Branding in a Post-Digital World – Authenticity


Having a point of view is vital. Human brands shouldn’t be neutral – they should inspire people through their opinions. Being authentic means having a believable and original point of view on a category, or life in general.

It’s also about mixing it up a bit. Joe Stitzlein, from Google’s Brand Studio, says:

“It’s our job to establish a pattern that our audience can recognise. It’s our duty to break it up once in a while.”

Can you own a point of view?

Coca-Cola’s brand proposition is ‘happiness’. Their ‘Share a Coke’ campaign was a fantastic idea that turned people into media, and gave them a platform to spread Coke’s message as well as their own. It shows that if you give people the tools and provide enough meaning for them to own it, they will quite happily be the media. And even though it’s a few years old, Share a Coke still gets about 50,000 social mentions a day.

Coca-Cola also do a great job of mixing user-generated with their own content on their ‘Happiness’ Tumblr. Here they blur the lines between the brand owners and brand believers.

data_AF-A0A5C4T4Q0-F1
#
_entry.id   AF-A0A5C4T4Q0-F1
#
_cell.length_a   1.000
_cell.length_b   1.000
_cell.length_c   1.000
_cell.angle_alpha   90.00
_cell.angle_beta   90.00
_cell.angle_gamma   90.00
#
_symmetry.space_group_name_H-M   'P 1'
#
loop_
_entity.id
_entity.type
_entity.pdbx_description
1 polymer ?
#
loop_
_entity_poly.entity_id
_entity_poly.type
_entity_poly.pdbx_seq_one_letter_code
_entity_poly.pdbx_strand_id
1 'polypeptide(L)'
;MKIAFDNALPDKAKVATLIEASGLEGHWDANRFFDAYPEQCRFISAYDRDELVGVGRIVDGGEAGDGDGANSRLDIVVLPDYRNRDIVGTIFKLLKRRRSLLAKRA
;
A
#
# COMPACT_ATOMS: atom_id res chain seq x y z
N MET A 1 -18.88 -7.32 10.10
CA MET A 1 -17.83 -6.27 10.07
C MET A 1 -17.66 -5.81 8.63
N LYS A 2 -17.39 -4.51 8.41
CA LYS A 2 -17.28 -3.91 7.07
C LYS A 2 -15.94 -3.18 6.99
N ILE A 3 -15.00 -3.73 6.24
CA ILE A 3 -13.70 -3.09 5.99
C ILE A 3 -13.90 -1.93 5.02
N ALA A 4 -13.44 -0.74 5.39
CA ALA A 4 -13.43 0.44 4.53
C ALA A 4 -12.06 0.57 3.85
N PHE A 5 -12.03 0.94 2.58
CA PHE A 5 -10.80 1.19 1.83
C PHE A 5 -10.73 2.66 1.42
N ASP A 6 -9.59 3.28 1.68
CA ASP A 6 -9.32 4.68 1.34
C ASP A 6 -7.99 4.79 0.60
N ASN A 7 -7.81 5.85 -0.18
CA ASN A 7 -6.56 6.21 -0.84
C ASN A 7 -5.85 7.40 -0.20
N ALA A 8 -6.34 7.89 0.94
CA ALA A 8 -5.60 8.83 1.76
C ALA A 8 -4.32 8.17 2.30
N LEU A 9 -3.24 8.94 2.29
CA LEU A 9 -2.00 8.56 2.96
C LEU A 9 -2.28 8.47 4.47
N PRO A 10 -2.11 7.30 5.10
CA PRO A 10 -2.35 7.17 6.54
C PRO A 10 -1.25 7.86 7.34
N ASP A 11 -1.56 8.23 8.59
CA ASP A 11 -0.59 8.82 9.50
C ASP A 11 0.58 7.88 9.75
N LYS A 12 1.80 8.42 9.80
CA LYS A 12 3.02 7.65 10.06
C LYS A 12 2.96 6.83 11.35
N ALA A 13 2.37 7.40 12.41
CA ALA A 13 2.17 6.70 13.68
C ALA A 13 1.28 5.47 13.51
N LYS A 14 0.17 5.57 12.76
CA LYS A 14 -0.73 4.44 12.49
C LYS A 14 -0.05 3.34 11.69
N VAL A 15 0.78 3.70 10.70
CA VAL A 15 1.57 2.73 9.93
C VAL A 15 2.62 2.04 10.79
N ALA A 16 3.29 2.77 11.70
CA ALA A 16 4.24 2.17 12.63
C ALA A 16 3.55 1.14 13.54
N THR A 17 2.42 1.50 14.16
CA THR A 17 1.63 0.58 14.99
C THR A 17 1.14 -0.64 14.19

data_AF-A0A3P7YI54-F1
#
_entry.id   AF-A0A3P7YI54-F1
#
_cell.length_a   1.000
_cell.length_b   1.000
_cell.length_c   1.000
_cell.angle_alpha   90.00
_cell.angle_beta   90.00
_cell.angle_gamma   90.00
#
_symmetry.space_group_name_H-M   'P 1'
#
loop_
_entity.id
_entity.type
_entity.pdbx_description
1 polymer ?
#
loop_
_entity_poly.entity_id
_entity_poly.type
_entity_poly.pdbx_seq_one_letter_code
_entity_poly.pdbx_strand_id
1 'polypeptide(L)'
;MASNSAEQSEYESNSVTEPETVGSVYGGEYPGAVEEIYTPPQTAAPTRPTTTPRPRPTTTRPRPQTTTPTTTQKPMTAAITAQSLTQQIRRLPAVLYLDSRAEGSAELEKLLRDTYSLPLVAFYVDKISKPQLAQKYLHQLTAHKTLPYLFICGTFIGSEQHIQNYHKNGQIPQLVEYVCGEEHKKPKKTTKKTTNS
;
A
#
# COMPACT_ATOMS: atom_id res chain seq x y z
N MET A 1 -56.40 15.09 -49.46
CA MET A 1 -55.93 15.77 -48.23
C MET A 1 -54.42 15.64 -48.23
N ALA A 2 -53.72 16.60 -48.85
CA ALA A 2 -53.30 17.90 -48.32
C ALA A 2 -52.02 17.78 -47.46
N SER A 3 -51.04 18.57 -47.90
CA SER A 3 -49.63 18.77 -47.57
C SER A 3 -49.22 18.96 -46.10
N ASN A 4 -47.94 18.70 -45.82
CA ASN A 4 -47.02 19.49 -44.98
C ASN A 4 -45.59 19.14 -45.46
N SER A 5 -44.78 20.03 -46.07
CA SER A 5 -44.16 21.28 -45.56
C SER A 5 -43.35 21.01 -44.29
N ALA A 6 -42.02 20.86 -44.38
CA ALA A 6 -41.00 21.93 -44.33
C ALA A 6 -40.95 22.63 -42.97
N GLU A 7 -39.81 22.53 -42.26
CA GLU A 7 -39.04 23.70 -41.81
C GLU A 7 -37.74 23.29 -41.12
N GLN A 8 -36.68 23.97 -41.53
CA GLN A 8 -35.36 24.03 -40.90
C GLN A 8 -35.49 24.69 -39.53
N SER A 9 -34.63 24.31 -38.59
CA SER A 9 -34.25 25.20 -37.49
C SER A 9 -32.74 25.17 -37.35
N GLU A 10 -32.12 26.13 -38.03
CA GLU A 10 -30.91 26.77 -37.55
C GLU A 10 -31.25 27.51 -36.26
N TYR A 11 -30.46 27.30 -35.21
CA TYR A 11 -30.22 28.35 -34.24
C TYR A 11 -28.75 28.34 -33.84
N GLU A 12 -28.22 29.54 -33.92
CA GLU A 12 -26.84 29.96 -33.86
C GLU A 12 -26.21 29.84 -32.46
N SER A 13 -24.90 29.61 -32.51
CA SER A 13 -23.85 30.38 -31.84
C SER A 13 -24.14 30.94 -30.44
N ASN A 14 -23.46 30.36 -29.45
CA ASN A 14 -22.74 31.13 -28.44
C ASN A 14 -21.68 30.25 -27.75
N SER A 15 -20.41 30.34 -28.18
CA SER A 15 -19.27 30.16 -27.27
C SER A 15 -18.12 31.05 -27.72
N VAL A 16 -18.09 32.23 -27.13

So they’re doing everything right in terms of sharing their brand, owning and supporting the idea of happiness. But, there’s a nasty taste somewhere, isn’t there? Because in the back of our minds we all remember an anecdote about Coke making people less than happy – so I wonder if we know a bit too much about the company to take their wide-eyed ‘happiness’ at face value.

Play with your category

Sticking with food & drink, if being authentic is about having an inspiring opinion on a category, then Lurpak has been on its game recently, with their brand campaigns by Weiden & Kennedy. There’s a classic sense of craft to these: great photography, sharp copywriting, really inspiring ads. There feels like a genuine insight into real life here, in the language – the celebration of imperfection.

There’s nothing wildly out-there about what Lurpak are doing, they just maintain their social channels well and make decent content. They built a friendly, competitive community around their ‘Bake Club’, and recently ran ‘Freestyle Food Month‘ – again making people the stars and providing the tools to do it.

So it’s this human connection, an attachment to the real world, that makes it all work for me. The power of being authentic is when you feel you own a category, you can be playful with it, and that keeps you in people’s minds. In the final post we’ll explore why that’s so vital.